Ancient Stringed Instrument Discovered in Scottish Cave

February 27, 2012 / Scotland, United Kingdom, Europe
Scotland's Isle of Skye

Photo by ungard/flickr

Researchers working in a remote Scottish cave have uncovered part of what may be the oldest stringed instrument yet found in Europe.

The artifact, estimated to be at least 1,500 years old, appears to be the bridge of a stringed instrument.

The discovery occurred in High Pasture Cave, on Scotland’s Isle of Skye, which has been the subject of archaeological excavations since the 1970’s. The cave, which lies about 1 kilometer (0.6 miles) south-east of Skye the village of Torrin, has been the source of many finds dating back to the Late Bronze Age and Iron Age, more than 2,500 years ago.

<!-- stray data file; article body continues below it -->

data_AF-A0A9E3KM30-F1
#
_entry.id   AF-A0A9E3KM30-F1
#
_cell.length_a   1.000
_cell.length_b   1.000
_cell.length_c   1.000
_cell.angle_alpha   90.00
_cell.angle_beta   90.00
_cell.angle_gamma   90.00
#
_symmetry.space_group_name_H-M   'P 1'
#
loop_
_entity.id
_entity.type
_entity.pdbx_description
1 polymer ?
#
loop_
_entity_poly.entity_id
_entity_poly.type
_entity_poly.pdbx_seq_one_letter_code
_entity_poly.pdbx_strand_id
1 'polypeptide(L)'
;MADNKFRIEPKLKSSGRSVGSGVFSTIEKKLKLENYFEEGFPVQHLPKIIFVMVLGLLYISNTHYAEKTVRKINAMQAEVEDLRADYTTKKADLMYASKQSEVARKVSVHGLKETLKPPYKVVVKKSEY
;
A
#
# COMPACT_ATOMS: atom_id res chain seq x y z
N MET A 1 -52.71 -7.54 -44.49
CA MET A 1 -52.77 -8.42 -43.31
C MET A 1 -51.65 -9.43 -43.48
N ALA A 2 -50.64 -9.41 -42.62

The archaeological excavations at High Pasture Cave in Skye have revealed an astounding site. The work has recorded the remains of almost a thousand years of ceremony, ritual and feasting. Rod McCullagh, Historic Scotland Archaeologist

Torrin, Isle of Skye, Scotland

Until now, the earliest stringed instruments discovered in Europe were used by Vikings in Scandinavia, about 100 years later. It was believed that in the year 500 AD, the only instruments were wind instruments such as flutes and pipes or crude bronze trumpets.

Oldest instrument is dug up in Skye cave [Scotsman]

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